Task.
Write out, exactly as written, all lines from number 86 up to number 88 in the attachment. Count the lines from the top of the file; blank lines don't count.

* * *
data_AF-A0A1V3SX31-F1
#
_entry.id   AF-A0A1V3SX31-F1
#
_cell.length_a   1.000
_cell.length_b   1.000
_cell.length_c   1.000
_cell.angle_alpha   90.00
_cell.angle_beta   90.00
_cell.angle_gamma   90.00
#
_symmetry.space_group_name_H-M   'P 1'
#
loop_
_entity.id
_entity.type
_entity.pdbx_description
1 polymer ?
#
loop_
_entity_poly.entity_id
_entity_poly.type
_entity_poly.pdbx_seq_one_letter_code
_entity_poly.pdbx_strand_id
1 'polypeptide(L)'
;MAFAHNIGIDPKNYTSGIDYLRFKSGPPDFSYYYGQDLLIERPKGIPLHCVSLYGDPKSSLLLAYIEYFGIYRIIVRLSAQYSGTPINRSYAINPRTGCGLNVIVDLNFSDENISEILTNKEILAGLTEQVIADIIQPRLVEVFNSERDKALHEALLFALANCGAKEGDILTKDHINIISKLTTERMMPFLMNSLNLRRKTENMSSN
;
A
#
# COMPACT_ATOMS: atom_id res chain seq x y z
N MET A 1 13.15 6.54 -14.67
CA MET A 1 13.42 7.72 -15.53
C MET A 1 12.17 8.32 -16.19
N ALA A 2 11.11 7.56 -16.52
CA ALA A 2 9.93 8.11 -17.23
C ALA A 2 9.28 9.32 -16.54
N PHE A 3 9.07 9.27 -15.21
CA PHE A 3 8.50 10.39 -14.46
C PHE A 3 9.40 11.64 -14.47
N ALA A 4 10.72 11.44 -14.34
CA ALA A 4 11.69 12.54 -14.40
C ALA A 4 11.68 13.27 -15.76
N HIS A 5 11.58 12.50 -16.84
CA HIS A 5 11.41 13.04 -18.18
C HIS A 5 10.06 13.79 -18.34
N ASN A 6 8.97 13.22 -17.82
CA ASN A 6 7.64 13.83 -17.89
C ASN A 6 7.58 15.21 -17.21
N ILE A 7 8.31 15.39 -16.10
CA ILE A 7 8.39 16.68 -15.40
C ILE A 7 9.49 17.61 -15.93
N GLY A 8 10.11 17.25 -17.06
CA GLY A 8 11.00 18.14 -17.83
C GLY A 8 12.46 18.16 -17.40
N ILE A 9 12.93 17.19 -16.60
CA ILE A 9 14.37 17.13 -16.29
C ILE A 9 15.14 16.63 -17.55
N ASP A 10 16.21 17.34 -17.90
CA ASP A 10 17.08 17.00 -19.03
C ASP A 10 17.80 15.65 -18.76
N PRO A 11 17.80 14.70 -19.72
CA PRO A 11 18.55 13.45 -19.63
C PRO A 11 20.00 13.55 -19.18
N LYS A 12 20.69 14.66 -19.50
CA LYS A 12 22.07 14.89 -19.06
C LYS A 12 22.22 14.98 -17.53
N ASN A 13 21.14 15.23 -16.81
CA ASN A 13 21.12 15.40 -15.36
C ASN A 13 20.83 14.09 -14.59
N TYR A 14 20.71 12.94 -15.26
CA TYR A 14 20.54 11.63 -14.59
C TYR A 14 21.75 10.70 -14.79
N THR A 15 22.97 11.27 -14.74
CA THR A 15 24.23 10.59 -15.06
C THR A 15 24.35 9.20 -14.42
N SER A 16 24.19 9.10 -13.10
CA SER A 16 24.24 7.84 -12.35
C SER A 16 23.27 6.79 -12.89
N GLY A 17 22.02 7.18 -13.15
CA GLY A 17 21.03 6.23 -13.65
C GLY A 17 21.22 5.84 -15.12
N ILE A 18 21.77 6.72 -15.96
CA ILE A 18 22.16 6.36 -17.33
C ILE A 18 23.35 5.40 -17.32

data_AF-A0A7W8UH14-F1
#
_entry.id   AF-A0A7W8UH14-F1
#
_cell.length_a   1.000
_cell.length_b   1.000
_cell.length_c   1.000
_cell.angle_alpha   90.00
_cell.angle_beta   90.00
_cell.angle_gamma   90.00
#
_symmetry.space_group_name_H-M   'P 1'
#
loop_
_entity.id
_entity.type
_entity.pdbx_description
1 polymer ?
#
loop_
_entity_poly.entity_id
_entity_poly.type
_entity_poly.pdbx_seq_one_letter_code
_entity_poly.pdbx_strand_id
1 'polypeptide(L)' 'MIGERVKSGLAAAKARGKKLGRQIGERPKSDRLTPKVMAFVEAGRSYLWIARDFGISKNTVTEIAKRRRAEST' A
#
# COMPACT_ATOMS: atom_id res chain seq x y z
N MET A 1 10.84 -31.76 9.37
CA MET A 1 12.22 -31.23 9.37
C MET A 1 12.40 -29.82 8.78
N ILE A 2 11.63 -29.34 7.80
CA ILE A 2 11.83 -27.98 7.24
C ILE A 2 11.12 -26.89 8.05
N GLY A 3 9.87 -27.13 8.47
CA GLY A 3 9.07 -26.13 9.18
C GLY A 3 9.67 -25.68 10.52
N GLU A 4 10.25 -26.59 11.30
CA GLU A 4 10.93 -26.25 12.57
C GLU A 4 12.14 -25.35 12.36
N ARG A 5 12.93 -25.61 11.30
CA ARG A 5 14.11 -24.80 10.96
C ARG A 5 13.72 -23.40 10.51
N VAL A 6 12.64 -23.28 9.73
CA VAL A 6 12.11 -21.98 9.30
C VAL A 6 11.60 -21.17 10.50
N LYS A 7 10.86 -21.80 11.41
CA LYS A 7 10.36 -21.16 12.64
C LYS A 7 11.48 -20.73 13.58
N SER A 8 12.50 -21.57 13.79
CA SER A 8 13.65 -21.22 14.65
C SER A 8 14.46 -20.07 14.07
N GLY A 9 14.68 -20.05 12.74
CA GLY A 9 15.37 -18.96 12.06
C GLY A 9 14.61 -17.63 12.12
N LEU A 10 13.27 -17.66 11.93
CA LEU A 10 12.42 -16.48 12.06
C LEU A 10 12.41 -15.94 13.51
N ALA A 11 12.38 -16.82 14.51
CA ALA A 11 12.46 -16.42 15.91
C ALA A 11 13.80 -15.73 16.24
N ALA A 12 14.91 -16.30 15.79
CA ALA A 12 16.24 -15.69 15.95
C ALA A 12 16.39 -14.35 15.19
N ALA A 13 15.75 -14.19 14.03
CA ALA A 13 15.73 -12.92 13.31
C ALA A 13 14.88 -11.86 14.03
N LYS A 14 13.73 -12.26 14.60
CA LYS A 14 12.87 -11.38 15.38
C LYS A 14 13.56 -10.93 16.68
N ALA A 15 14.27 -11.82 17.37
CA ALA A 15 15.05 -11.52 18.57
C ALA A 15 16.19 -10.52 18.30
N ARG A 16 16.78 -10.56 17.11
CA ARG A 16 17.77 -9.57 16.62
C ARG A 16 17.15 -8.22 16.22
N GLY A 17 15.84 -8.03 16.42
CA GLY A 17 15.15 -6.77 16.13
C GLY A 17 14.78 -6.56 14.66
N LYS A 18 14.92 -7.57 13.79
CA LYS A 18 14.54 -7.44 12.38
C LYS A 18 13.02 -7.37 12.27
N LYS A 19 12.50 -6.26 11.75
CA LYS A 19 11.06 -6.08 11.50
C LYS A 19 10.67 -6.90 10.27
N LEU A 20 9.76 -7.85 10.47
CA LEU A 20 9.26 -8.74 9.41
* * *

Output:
#
_entry.id   AF-A0A7W8UH14-F1
#